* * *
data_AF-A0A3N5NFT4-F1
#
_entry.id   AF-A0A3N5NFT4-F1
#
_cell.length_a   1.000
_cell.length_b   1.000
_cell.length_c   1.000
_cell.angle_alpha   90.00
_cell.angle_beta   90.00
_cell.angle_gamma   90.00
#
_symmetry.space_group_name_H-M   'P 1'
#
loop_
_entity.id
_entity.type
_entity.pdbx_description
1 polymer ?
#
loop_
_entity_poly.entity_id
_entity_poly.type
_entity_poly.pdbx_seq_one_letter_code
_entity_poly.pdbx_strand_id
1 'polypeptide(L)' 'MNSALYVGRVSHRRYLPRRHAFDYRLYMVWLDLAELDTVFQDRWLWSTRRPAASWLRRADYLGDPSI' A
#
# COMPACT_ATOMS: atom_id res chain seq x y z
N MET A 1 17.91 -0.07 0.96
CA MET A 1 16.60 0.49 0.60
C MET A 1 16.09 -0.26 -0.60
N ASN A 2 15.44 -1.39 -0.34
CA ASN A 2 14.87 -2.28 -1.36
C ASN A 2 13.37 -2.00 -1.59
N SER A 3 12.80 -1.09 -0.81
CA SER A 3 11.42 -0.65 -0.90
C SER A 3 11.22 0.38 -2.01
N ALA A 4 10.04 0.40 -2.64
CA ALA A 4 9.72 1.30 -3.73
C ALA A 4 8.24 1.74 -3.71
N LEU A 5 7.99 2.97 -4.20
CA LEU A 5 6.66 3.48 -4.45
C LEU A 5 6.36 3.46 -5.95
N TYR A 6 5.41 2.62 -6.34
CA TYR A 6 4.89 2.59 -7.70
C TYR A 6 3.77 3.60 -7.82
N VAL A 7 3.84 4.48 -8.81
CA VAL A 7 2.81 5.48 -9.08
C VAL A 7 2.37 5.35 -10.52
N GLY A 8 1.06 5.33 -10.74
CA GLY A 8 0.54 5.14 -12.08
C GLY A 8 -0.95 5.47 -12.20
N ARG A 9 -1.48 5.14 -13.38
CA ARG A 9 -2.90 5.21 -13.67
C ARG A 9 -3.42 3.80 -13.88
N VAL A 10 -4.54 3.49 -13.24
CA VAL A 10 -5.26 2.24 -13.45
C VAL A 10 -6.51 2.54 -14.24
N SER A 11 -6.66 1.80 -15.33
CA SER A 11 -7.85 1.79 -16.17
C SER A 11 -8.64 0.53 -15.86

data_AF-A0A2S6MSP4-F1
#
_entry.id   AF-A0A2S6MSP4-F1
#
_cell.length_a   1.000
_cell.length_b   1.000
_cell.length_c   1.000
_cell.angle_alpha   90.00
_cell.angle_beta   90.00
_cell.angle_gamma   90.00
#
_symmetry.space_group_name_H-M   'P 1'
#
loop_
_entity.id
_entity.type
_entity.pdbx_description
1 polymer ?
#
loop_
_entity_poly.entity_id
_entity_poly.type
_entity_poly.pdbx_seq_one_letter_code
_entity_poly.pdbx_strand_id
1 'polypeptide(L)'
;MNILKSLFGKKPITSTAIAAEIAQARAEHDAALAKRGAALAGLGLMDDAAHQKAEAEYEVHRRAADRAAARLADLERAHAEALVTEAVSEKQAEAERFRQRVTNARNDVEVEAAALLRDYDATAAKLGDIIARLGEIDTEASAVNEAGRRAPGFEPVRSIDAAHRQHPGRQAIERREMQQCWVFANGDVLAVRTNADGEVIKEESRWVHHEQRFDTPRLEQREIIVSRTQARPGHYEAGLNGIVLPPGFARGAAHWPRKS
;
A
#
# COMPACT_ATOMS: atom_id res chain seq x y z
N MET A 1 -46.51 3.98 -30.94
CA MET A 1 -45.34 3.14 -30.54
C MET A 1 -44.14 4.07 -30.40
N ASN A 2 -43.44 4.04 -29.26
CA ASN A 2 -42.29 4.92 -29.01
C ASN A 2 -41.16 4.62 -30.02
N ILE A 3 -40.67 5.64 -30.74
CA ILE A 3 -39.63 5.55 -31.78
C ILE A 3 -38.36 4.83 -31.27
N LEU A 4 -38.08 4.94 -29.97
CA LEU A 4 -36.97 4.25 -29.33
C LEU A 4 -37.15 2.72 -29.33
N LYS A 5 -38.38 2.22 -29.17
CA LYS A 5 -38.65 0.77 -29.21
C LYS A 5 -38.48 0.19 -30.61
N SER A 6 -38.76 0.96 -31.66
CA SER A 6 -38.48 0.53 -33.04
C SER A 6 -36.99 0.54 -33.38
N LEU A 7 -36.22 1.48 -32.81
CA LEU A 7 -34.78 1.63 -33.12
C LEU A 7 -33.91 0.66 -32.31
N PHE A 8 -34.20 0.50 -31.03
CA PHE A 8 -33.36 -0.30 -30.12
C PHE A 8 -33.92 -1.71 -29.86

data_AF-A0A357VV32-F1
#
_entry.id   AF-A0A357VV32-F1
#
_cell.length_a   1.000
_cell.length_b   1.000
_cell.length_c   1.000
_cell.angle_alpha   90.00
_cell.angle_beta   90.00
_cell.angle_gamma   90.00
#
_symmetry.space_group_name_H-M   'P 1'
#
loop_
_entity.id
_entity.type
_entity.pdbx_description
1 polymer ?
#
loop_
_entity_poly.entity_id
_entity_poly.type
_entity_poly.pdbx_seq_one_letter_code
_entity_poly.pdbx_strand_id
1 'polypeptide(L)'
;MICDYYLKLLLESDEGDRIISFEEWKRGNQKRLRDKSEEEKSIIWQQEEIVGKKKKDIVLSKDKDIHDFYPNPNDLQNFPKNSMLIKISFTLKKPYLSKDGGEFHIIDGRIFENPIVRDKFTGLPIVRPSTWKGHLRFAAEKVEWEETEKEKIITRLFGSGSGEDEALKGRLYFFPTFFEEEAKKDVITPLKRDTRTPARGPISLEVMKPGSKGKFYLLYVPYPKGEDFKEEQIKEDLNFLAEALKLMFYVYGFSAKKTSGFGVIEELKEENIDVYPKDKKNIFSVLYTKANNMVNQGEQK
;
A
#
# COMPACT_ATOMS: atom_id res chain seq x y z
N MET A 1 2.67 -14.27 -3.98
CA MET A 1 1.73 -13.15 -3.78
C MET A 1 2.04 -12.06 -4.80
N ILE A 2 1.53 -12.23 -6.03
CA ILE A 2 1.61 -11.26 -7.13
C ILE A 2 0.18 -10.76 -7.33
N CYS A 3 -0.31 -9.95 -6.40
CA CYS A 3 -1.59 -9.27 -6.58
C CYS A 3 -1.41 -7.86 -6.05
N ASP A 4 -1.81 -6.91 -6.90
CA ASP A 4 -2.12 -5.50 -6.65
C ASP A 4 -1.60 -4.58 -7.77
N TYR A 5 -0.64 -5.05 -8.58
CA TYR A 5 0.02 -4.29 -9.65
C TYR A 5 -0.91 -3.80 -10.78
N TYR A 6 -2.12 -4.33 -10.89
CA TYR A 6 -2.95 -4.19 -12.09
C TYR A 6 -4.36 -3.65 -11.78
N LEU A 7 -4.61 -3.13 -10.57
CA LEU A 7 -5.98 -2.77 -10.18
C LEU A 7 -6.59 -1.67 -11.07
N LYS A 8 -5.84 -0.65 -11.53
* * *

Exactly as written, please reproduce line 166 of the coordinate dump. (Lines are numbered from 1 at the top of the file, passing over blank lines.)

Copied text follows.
N LYS A 8 -5.84 -0.65 -11.53